Air pollution linked to far higher COVID-19 death rates, study finds

According to a new nationwide (US) study from Harvard T.H. Chan School of Public Health, air pollution is linked to significantly higher rates of death in people with COVID-19 ―dirty air was already known to increase the risk of Severe Acute Respiratory Syndrome (SARS), which is extremely deadly and a cause of COVID-19-related deaths, as well as other respiratory and heart problems―.

The study is the first to look at the link between long-term exposure to fine particulate air pollution (PM2.5) ―generated largely from fuel combustion from cars, refineries, and power plants―, and the risk of death from COVID-19 in the US. Authors looked at 3,080 counties across US, comparing levels of fine particulate air pollution with coronavirus death counts for each area, by adjusting for population size, hospital beds, number of people tested for COVID-19, weather, and socioeconomic and behavioral variables such as obesity and smoking, the researchers found that a small increase ―of only 1μg/m3―, in long-term exposure to PM2.5 leads to a large increase in the COVID-19 death rate.

In this way, someone who lives for decades in a county with high levels of fine particulate pollution is 15% more likely to die from COVID-19 than someone who lives in a region that has just one unit (one microgram per cubic meter) less of such pollution.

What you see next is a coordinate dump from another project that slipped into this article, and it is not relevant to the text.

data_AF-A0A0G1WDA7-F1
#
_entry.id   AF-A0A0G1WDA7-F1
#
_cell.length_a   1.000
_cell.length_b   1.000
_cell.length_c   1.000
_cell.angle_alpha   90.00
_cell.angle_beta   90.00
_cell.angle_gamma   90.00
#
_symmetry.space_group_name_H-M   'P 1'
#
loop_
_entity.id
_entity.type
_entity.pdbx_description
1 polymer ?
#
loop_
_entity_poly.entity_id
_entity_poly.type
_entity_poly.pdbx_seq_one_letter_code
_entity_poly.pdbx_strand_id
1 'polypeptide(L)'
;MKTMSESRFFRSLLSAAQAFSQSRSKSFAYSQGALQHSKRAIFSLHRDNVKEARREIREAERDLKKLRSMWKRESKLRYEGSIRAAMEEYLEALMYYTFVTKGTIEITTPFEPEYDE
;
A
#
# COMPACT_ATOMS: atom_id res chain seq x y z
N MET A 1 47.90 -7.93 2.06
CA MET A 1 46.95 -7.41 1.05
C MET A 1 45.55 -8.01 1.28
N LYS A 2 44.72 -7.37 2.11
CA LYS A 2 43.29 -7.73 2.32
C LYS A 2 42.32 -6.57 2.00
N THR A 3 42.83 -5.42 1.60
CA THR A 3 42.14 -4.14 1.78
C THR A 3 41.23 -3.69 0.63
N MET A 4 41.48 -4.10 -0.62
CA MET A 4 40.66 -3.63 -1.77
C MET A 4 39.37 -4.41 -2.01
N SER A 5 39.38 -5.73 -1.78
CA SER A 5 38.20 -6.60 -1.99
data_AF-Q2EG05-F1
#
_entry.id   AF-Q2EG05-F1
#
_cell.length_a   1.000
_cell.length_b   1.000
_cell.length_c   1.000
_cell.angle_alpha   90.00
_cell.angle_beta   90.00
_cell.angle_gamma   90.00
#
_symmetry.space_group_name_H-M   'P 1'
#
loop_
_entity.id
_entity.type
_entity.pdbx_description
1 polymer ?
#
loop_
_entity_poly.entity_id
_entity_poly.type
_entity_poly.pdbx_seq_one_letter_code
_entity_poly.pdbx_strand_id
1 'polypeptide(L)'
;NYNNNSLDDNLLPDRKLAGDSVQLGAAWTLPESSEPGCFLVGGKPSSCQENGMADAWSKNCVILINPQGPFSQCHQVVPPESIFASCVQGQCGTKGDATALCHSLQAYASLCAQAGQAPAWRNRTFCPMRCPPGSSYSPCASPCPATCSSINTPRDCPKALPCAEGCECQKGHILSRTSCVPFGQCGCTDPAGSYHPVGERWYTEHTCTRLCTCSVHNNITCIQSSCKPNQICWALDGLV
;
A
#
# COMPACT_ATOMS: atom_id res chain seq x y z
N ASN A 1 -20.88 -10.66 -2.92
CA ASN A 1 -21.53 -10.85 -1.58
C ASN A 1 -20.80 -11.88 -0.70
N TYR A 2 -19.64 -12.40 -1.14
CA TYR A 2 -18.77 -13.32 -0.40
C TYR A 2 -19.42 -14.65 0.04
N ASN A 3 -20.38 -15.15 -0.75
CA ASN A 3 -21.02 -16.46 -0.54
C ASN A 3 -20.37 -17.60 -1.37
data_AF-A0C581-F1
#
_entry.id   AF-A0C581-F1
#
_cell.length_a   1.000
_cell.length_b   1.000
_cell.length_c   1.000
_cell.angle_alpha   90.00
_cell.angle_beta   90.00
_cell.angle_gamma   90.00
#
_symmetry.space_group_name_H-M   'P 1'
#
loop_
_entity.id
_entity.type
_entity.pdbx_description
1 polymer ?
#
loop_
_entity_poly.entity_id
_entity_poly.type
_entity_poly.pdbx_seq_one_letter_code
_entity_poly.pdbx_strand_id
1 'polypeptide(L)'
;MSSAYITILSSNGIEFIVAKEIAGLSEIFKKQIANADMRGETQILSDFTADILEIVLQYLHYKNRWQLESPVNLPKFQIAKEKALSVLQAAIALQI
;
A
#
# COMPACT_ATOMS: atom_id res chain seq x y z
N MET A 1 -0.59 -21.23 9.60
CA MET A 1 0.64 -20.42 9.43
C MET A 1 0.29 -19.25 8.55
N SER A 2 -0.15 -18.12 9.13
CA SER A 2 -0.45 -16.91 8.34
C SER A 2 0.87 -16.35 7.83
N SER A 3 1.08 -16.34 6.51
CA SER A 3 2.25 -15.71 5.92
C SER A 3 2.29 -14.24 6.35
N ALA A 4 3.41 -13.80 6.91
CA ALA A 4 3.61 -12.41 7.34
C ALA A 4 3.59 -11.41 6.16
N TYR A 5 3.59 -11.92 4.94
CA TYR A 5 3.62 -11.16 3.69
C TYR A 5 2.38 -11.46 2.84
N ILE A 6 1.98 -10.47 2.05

The study also suggests that counties with higher pollution levels could be the ones that have higher numbers of hospitalizations, higher numbers of deaths and where many of the resources should be concentrated. Besides, the new findings align with known connections between PM2.5 exposure and higher risk of death from many other cardiovascular and respiratory ailments.

In the same way, a separate report from scientists in Italy correlates the high death rates seen in the north of the country with the highest levels of air pollution.

Finally, previous work showed that air pollution exposure dramatically increased the risk of death from SARS during the 2003 outbreak.

Link to the paper:

Editorial Disclaimer: information published during the 2020 COVID-19 pandemic may be updated frequently to reflect the dynamic nature of current understanding.

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